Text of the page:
For games that players may feel they are very good at and even possibly one of the best at the table, I would try not to force the issue. I see a lot of players who think they are very good at a game, try to play every hand but end up losing since they deviated from good strategies. Also, don’t make it known that you feel you are an expert at the game by only choosing that game. Mix it up a little bit with other games you feel comfortable playing.

Bernard: Of all the 20 games, which ones would you say are critical to learn?

Adam: Two of the games that are very prevalent in Dealer’s Choice that you need to be very good are the split-pot draw games: badeucy and badacey. You need really need to understand the basic strategies of these games as experienced players will just take advantage of the novices by calling these games.

Basically, even though they are split pot games, you need to focus on the badugi part. I have seen so many players that are only drawing to the low part with only two suits. So, these players are only playing for the low and then drawing dead for the badugi half of the pot. So, players who play this way are basically drawing dead before the cards are dealt.

Bernard: How should players decide what games they should choose?

Adam: Depending on the situation, I will play my best game versus my opponents. But often, I will also choose games that my opponents are weak in. I will pay close attention to what games my opponents’ try to avoid or feel uncomfortable and I may choose those games. In general, you want to choose the game that you have the greatest advantage over your opponents, even if it is not your absolute best game. If you have a huge advantage, that game will often make sense to choose.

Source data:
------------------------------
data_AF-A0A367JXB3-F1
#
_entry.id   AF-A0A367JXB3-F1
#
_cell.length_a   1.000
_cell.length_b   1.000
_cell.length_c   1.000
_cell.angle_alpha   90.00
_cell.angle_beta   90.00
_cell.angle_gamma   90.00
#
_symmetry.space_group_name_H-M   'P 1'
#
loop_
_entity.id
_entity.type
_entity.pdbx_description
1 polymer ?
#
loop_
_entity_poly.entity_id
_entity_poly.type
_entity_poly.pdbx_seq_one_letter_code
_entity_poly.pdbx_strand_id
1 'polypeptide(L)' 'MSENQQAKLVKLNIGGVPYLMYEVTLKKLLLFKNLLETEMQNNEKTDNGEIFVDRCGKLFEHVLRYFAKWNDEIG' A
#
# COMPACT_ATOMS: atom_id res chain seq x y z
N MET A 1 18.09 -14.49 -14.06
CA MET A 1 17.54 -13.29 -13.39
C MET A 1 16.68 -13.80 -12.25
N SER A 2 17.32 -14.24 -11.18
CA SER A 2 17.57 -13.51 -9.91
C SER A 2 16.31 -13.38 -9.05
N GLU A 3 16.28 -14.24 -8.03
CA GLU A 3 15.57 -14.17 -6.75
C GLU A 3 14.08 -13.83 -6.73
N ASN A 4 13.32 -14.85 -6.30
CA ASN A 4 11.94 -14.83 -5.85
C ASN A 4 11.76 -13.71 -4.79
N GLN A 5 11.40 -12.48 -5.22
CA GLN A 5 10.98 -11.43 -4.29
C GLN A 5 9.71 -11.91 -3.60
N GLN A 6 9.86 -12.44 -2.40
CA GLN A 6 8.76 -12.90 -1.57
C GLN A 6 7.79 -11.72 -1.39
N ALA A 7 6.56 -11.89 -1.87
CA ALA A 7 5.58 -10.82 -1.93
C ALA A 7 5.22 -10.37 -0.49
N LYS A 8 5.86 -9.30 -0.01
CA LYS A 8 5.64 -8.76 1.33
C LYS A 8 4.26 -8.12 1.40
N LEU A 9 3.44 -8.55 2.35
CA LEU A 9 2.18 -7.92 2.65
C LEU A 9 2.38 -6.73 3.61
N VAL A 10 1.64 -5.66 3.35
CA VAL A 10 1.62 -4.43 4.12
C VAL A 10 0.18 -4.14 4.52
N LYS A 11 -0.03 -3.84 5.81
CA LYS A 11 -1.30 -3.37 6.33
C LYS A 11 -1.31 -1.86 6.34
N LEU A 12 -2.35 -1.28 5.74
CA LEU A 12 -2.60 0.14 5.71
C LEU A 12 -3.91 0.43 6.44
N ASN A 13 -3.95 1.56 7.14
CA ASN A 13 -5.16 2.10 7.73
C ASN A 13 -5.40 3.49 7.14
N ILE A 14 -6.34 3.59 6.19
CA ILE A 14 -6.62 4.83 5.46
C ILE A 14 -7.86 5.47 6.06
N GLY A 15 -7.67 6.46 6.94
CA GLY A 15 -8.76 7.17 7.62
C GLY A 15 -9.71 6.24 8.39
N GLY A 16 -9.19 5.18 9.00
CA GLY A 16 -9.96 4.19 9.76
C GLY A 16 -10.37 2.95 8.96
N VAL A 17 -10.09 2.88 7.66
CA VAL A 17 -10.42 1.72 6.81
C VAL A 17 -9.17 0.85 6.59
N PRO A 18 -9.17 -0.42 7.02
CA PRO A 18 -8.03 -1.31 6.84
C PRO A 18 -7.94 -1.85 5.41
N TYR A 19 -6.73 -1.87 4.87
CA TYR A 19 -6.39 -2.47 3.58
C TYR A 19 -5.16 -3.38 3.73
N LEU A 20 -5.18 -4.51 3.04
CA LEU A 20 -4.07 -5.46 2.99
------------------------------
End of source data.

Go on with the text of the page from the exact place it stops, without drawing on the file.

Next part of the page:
Bernard: What would your advice be to get better at the games that players do not have as much experience with?

Adam: The obvious answer is to play thousands and thousands of hands of the specific game either live or online.

But also, it would be a good idea to seek the advice of players that you truly respect and are really good at specific games. Don’t be afraid to put your ego aside and ask for their advice to improve your game. I’m so fortunate that I’m really good friends with some of the best players in the world and I am able to ask for their advice.

Bernard: Congratulations again and good luck this summer trying for back-to-back-to-back-to-back titles.

Adam: Thanks so much Bernard. Look forward to seeing you in Vegas. ♠

Bernard Lee broke into the poker world after a deep run in the 2005 WSOP main event. He has two WSOP Circuit rings, and is an author, having written for Card Player, the Boston Herald, Metrowest Daily News, and ESPN, where he was a host of the show The Inside Deal. His radio show and podcast, The Bernard Lee Poker Show, recently celebrated its 14th anniversary, and his latest book, Poker Satellite Success: Turn Affordable Buy-Ins Into Shots At Winning Millions, is now available on Amazon as well as D&B Publishing. Follow him on Twitter @BernardLeePoker or visit his website at or YouTube channel at